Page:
Calm, Forward, Straight

Calm, Forward, Straight

Friday, March 8, 2019


Monday, March 4, 2019

Horse Before House Part 7
Nothing to it, but to do it

I quickly realized only way to make the numbers work building my house, was to become the painting contractor. It was also apparent my builder didn't believe I was up to it, although I had experience - (re)painting the interior of a previous home. To his credit, he went forward with our contract despite his misgivings. Not to his credit, the scheduling was a nightmare, and it seemed like he and the sub-contractors took advantage of my not knowing the ropes. Many lessons learned. I ended up completing the job for less than half of the professional quote. It looks great now - fingers crossed it holds up over time.

There's this app called ColorSnap that will let you pick colors from an uploaded photo, then give you the corresponding (Sherwin Williams) paint color info. So my house colors were sourced from photos I took or found.

While I waited for the other contractors to finish their work, I measured walls and calculated paint quantities. Good paint is pricey, and it's better to have a little bit more rather than not quite enough, because I don't care whether it's mixed by a computer or not - another batch won't be exactly the same color.  Luckily, there was a well-timed sale on paint at Lowe's. I thought I had (over)planned everything pretty thoroughly, but the siding guy pointed out that he was getting rid of his staging, and did I need to use it to paint the trim on an inaccessible side of the porch. So this happened...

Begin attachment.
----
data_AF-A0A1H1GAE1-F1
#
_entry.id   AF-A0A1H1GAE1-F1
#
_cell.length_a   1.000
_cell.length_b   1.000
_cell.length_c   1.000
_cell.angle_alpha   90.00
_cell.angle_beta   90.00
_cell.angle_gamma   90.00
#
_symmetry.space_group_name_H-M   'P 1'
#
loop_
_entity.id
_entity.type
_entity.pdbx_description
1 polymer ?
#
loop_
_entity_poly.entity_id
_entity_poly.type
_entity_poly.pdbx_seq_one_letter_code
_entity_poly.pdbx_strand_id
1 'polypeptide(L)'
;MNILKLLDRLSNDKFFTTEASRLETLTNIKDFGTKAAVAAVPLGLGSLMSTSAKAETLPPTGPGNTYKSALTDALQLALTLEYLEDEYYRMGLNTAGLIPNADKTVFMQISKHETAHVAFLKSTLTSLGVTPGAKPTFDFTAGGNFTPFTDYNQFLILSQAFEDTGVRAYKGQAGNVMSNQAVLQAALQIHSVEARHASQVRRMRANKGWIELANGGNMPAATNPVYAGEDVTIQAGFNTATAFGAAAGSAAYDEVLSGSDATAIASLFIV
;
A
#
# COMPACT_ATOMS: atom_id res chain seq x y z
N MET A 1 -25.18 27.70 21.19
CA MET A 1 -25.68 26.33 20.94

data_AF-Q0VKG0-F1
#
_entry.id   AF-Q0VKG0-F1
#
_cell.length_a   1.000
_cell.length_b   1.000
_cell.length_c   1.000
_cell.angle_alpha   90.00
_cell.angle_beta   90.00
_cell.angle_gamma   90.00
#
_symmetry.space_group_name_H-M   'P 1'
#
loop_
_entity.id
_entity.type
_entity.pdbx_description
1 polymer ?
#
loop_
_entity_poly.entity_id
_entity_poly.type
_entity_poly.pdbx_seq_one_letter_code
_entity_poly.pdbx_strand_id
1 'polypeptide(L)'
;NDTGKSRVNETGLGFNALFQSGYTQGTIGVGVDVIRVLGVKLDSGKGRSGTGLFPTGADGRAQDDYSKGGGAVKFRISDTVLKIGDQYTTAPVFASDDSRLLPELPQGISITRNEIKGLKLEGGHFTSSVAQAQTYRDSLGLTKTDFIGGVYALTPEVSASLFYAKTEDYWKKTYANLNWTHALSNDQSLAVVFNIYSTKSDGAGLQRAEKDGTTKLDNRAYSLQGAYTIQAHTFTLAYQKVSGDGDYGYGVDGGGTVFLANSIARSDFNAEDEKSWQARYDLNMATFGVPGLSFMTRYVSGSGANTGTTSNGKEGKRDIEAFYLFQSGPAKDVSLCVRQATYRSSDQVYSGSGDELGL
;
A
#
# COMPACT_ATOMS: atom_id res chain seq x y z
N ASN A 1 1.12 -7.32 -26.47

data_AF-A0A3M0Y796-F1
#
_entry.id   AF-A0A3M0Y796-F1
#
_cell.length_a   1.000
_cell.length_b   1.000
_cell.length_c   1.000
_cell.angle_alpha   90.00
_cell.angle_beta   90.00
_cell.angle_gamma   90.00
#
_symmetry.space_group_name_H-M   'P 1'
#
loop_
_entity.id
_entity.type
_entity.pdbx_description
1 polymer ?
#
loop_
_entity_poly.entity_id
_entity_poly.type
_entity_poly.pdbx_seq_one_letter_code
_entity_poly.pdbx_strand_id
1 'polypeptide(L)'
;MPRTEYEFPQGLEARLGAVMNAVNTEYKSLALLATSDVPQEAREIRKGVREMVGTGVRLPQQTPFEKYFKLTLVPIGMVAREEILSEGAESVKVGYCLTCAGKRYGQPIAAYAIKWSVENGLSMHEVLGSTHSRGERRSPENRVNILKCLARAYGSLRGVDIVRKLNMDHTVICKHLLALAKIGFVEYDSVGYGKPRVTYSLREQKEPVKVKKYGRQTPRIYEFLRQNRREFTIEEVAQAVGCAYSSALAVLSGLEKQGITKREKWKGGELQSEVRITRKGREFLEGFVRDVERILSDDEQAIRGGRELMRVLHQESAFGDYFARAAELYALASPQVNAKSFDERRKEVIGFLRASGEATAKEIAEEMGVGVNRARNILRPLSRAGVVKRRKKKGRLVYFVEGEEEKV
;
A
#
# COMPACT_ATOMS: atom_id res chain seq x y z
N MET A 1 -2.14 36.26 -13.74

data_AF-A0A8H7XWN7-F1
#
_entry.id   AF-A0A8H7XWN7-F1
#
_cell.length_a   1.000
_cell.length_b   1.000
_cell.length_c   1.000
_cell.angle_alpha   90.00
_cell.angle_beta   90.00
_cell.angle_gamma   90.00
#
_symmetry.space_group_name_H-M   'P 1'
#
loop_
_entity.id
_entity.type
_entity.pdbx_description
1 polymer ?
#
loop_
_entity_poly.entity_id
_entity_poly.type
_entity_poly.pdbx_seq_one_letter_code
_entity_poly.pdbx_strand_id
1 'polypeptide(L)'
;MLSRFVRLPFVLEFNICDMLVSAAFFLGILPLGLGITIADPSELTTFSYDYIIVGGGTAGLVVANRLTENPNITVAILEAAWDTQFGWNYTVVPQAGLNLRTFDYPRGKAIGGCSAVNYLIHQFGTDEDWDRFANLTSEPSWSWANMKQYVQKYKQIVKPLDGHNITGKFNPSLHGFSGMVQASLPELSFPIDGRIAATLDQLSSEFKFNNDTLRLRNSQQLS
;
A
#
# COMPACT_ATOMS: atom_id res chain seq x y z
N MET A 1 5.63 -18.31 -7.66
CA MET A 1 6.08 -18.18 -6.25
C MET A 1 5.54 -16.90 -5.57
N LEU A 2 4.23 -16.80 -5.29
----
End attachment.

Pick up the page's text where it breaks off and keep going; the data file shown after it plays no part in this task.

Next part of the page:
Skinny walk board 20 ft high. Without a doubt the most nerve-wracking thing I've ever done... (up to that point anyway)

The siding guy kindly let me borrow his (rickety a$$) scaffolding to paint the front gable as well.

This was a close second to the walk board situation. The peak is around 38' up...

Happily - I avoided this scenario :D

Things got pretty hectic with regards to the scheduling around this point of the summer, because the project was running behind. Not due to me mind you, despite the fact that scheduling the exterior painting was completely weather dependent i.e. beyond my control. After a few sessions of painting one-handed while hanging on for dear life, I decided I'd use a lift to paint the back of the house, which had no conveniently placed porch roof.

Lowe's rented the equipment, and I figured my life, and/or avoiding breaking my neck was worth the money. As it turns out, once I overcame the learning curve - and oddly enough hooking, unhooking, raising and lowering the unit was harder than operating the thing - it was actually sort of fun - except a few days the wind was blowing. That rig was super wiggly in the wind. But better than fun - it allowed me to concentrate on applying paint rather than avoiding death.

Can I honestly say I was certain the rig wasn't going to freeze, and strand me way the heck up in the air in a tiny bucket needing to be rescued? Definitely not 100%. There was some deep breathing + mind over matter on the first day or two.

This baby got way up in the air when fully extended(!) It also steered with a joystick - like a flipping video game.

While I painted the exterior, the sheet rock crew finished the interior walls to ready them for painting. I naïvely assumed painting the interior was going to be easier than the exterior hahaha... let's just say trim painting ain't my b*tch. Next post - the kitchen. (!!!)

There was SO. MUCH. DUST.

Various stages of floored and trimmed, or not

Getting there ❤️

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